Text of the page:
Thousands of students at FUOYE do not have access to basic, clean toilet facilities in the course of their studies.
Now in her final year at the Federal University Oye-Ekiti (FUOYE), the trauma of that day in her first year has remained etched in Ms Adeniyi’s memory.
“Back then, I was living in another town called Ilupeju Ekiti, which is like 20 minutes away from Oye. I was in a hurry so I ate hot food,” recalled Ms Adeniyi, who is now in her early 20s.
“In 100 level, we used to fight for seats in class and I did not want to stand throughout the class. We were supposed to have a test immediately after. Before the class ended, my stomach started acting up and I wanted to relieve myself. I was so disturbed.”
The nearest toilets to Ms Adeniyi are the ones in the Faculty of Arts. But they were locked. They were locked on her first day in the university, in 2016. Now, in her final year, five years later, they are still locked.
Ms Adeniyi’s next option was the toilet at the school’s clinic, a three-minute walk from the class. When she got there, the staff at the clinic told her she could not use their toilet. Her pleas that she was suffering a runny stomach fell on deaf ears.
Having run out of options, she grabbed her bag, stopped a motorcycle, and decided to head home.
The motorcycle’s sudden movement sent the contents of her stomach splattering on her body.
“I was so embarrassed, the bike man was shouting and students gathered. I began crying and begging,” she said.
“People were pleading for me though. We were taken to a house near Oye market to wash the bike and clean myself. That day, I wore a stranger’s cloth home and I felt like the ground should swallow me.”
Ms Adeniyi is among the thousands of students at FUOYE who do not have access to basic, clean toilet facilities in the course of their studies.
Since 2011 when it was established, FUOYE has not provided toilet facilities for students across its faculties.
In the Faculty of Arts, which is one of the largest in the school with four departments, all the toilets are permanently under lock and key, for the exclusive use of the lecturers.
Once in a while, the students stumble on an unlocked toilet and, expectedly, the crowd of users renders it unfit for use. As a last resort, students of the university turn to open defecation.
David Amodu, a final year student and the president of the English and Literary Studies Department, said the problem not only affects the students but lecturers too.
Mr Amodu, who has been familiar with the issue since he gained admission into the school in 2016, said female students are more disadvantaged, owing to their need for toilets and adequate water supply, especially during their periods.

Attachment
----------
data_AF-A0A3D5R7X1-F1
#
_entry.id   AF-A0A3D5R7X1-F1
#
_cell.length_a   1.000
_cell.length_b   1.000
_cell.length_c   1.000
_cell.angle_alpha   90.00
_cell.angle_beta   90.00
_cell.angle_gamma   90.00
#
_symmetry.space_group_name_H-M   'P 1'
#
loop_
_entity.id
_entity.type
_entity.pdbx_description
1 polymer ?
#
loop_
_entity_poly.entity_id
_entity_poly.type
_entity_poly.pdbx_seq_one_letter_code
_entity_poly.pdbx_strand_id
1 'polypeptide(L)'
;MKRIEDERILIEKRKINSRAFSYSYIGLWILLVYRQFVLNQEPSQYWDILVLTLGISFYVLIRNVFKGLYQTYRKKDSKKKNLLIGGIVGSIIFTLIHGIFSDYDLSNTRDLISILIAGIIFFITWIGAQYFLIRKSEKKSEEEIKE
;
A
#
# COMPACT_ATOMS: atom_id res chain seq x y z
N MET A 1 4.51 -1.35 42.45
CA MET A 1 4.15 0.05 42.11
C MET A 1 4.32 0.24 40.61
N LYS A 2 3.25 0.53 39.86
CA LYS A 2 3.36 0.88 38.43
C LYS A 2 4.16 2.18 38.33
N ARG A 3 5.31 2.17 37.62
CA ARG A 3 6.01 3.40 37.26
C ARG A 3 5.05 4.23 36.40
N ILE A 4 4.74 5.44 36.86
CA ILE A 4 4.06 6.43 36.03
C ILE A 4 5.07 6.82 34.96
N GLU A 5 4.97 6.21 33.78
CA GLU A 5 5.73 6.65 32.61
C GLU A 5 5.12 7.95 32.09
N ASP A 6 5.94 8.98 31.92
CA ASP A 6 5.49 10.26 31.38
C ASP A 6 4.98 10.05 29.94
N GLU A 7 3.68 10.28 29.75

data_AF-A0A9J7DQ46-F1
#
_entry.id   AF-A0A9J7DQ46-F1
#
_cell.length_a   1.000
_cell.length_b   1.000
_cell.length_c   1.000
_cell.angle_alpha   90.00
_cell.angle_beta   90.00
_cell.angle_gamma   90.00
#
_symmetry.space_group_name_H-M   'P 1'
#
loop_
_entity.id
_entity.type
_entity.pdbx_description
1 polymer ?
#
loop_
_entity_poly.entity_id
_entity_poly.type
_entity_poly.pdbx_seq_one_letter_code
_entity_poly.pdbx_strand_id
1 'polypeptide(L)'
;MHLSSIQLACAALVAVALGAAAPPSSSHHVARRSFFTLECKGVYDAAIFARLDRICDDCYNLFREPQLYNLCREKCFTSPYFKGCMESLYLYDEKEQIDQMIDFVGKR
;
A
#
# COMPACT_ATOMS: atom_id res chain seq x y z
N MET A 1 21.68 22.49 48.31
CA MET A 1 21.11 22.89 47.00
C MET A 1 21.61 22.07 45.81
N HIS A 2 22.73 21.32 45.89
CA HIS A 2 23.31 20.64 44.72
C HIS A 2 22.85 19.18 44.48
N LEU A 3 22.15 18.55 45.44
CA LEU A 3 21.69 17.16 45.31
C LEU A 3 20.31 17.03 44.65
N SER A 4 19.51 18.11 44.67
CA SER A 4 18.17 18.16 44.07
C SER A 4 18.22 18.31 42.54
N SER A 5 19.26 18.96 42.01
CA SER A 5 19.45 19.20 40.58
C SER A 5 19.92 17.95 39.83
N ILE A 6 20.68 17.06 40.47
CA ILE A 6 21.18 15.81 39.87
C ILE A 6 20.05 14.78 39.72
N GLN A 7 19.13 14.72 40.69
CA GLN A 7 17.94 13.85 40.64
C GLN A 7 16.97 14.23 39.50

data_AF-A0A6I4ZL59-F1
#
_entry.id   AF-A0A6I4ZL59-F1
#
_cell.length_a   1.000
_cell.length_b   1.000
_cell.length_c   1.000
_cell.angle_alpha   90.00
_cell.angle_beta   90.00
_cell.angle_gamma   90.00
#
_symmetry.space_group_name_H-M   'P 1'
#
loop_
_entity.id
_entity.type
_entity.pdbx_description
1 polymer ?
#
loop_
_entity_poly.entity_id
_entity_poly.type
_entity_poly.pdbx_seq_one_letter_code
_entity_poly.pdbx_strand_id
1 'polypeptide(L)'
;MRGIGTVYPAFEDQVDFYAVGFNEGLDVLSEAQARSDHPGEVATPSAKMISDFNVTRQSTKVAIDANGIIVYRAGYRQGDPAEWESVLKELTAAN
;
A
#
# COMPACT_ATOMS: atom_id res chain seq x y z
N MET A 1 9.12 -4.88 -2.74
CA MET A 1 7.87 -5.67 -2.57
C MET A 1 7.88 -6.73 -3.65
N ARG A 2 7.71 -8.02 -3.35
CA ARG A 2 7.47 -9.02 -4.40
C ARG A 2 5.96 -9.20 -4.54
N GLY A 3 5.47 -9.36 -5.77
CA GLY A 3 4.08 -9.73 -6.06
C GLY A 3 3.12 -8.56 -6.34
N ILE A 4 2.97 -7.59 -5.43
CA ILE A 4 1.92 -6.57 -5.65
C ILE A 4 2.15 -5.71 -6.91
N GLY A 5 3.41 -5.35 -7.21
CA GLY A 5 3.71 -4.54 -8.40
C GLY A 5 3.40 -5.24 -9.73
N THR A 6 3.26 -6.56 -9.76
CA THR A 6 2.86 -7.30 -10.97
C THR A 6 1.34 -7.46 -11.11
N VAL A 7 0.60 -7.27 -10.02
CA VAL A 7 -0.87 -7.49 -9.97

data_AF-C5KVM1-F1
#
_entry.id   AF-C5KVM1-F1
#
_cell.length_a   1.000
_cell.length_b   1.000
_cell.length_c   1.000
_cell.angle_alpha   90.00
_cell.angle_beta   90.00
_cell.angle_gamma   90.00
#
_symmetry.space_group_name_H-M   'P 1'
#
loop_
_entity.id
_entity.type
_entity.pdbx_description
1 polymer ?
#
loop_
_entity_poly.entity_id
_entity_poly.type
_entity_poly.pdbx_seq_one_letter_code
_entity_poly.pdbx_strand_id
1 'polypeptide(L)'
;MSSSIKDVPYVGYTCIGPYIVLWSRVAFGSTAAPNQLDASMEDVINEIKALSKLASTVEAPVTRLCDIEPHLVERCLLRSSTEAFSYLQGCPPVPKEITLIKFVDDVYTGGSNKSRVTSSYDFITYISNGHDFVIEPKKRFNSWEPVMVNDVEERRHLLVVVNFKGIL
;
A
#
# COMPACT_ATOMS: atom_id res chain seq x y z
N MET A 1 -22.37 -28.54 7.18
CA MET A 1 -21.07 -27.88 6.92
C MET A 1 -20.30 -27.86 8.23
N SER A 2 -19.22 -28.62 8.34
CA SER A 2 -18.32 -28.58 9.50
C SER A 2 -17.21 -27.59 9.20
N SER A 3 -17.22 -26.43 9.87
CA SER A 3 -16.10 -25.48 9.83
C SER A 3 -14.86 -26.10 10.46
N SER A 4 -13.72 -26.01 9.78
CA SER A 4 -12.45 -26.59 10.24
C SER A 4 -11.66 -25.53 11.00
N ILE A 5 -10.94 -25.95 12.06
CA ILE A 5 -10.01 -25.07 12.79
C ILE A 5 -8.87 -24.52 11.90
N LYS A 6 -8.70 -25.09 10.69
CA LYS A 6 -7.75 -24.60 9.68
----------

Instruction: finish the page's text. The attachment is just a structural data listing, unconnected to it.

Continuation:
“It doesn’t speak well of a 21st-century institution like our prestigious FUOYE, that one of the few straws that will be breaking our camel’s back is lack of toilets,” he said.
“I have many female friends. How about changing their pads, cleaning up during emergency flow? It means students would have to jump on bike and return home, missing tests and lectures, and not all lecturers would understand that.”
Budgetary Allocations to FUOYE
In the last ten years, FUOYE has received N25.9 billion from the federal government through the Federal Ministry of Education, according to data provided by Dataphyte, a media research and data analytics organisation.
The breakdown is thus:
The President of Faculty Arts, Ayobami Jimoh, said two toilets were actually made available for the 3,000 students in the faculty.
“Two toilets have been allocated to FASA, that I am sure of. It was announced at the Congress on May 19th, 2021 and the Welfare Director shared a broadcast recently too,” he said.
“We have the keys with us. Students are to get them from the Secretariat anytime they need it but very few have come for it.”
But Okeke Salvation, a 200 level student of Theatre and Media Arts, said he was not aware of the allocation of the toilets. He noted that a water tank for use in the toilets was some distance away and buckets were not provided.
“So, the toilets are now like storerooms where drums are kept and students mostly use the nearby bushes,” he said.
When contacted, the Deputy Dean of Faculty of Arts, Harry Olufunwa, maintained that toilets had been assigned to students and lecturers in the faculty.
“When the current dean, Prof. Opoola came in, one of the first things he did was to identify the problems we had with toilet facilities,” he said.
“Perhaps, the biggest problem was the lack of water. So, what he did was that he set up a tank and a pumping system. This tank and pumping system was set up by him personally with his own money.
“Accreditation took place in November 2019. What they did in preparation for that exercise was to refurbish all toilets. They then made four available to students. Two in the first, two in the second building.”
Students, however, said there is no water in the faculty and they have to rely on a shallow well.
Ms Adeniyi is now in her final year in the university, but memories of that incident five years ago are still etched in her memory. These days, the walk-time from her class to the school’s clinic has increased to 20 minutes, after the clinic was relocated to its permanent site.
“I would like to plead with the management of the Federal University Oye-Ekiti to please, so that things like this could be curbed,” she said.
“The faculty and the departmental welfare should liaise with the student union body to be able to do this because we need it.”
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